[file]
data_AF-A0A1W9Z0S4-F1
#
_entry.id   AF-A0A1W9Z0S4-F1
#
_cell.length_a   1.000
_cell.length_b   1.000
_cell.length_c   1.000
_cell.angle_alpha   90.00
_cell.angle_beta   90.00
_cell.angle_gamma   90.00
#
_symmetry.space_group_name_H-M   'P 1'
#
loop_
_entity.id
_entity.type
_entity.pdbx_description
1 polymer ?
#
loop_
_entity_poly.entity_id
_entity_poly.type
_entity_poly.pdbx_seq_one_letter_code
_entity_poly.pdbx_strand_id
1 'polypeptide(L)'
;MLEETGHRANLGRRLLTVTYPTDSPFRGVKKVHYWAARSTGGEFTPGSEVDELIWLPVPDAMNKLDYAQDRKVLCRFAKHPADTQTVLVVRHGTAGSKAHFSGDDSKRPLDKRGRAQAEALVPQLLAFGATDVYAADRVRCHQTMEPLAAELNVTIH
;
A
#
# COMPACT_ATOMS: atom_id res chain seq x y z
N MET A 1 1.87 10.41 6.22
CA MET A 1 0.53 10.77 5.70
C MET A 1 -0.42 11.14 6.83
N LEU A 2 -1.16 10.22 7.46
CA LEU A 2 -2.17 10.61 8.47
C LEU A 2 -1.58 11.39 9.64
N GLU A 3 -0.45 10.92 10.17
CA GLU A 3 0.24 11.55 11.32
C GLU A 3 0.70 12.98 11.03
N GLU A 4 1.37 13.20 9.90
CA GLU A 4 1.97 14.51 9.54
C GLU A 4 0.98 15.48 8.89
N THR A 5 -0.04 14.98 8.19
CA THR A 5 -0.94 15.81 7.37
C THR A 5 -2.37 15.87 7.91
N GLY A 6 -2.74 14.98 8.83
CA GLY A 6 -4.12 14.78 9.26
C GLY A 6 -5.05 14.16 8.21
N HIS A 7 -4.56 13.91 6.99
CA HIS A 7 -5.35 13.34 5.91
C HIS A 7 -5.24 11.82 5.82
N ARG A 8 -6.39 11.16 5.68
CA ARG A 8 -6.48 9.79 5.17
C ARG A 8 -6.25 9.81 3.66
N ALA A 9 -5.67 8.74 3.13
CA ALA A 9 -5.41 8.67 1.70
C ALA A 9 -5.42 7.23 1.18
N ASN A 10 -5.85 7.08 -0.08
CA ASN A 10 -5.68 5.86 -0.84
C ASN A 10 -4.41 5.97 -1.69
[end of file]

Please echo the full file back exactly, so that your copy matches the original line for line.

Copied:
data_AF-A0A1W9Z0S4-F1
#
_entry.id   AF-A0A1W9Z0S4-F1
#
_cell.length_a   1.000
_cell.length_b   1.000
_cell.length_c   1.000
_cell.angle_alpha   90.00
_cell.angle_beta   90.00
_cell.angle_gamma   90.00
#
_symmetry.space_group_name_H-M   'P 1'
#
loop_
_entity.id
_entity.type
_entity.pdbx_description
1 polymer ?
#
loop_
_entity_poly.entity_id
_entity_poly.type
_entity_poly.pdbx_seq_one_letter_code
_entity_poly.pdbx_strand_id
1 'polypeptide(L)'
;MLEETGHRANLGRRLLTVTYPTDSPFRGVKKVHYWAARSTGGEFTPGSEVDELIWLPVPDAMNKLDYAQDRKVLCRFAKHPADTQTVLVVRHGTAGSKAHFSGDDSKRPLDKRGRAQAEALVPQLLAFGATDVYAADRVRCHQTMEPLAAELNVTIH
;
A
#
# COMPACT_ATOMS: atom_id res chain seq x y z
N MET A 1 1.87 10.41 6.22
CA MET A 1 0.53 10.77 5.70
C MET A 1 -0.42 11.14 6.83
N LEU A 2 -1.16 10.22 7.46
CA LEU A 2 -2.17 10.61 8.47
C LEU A 2 -1.58 11.39 9.64
N GLU A 3 -0.45 10.92 10.17
CA GLU A 3 0.24 11.55 11.32
C GLU A 3 0.70 12.98 11.03
N GLU A 4 1.37 13.20 9.90
CA GLU A 4 1.97 14.51 9.54
C GLU A 4 0.98 15.48 8.89
N THR A 5 -0.04 14.98 8.19
CA THR A 5 -0.94 15.81 7.37
C THR A 5 -2.37 15.87 7.91
N GLY A 6 -2.74 14.98 8.83
CA GLY A 6 -4.12 14.78 9.26
C GLY A 6 -5.05 14.16 8.21
N HIS A 7 -4.56 13.91 6.99
CA HIS A 7 -5.35 13.34 5.91
C HIS A 7 -5.24 11.82 5.82
N ARG A 8 -6.39 11.16 5.68
CA ARG A 8 -6.48 9.79 5.17
C ARG A 8 -6.25 9.81 3.66
N ALA A 9 -5.67 8.74 3.13
CA ALA A 9 -5.41 8.67 1.70
C ALA A 9 -5.42 7.23 1.18
N ASN A 10 -5.85 7.08 -0.08
CA ASN A 10 -5.68 5.86 -0.84
C ASN A 10 -4.41 5.97 -1.69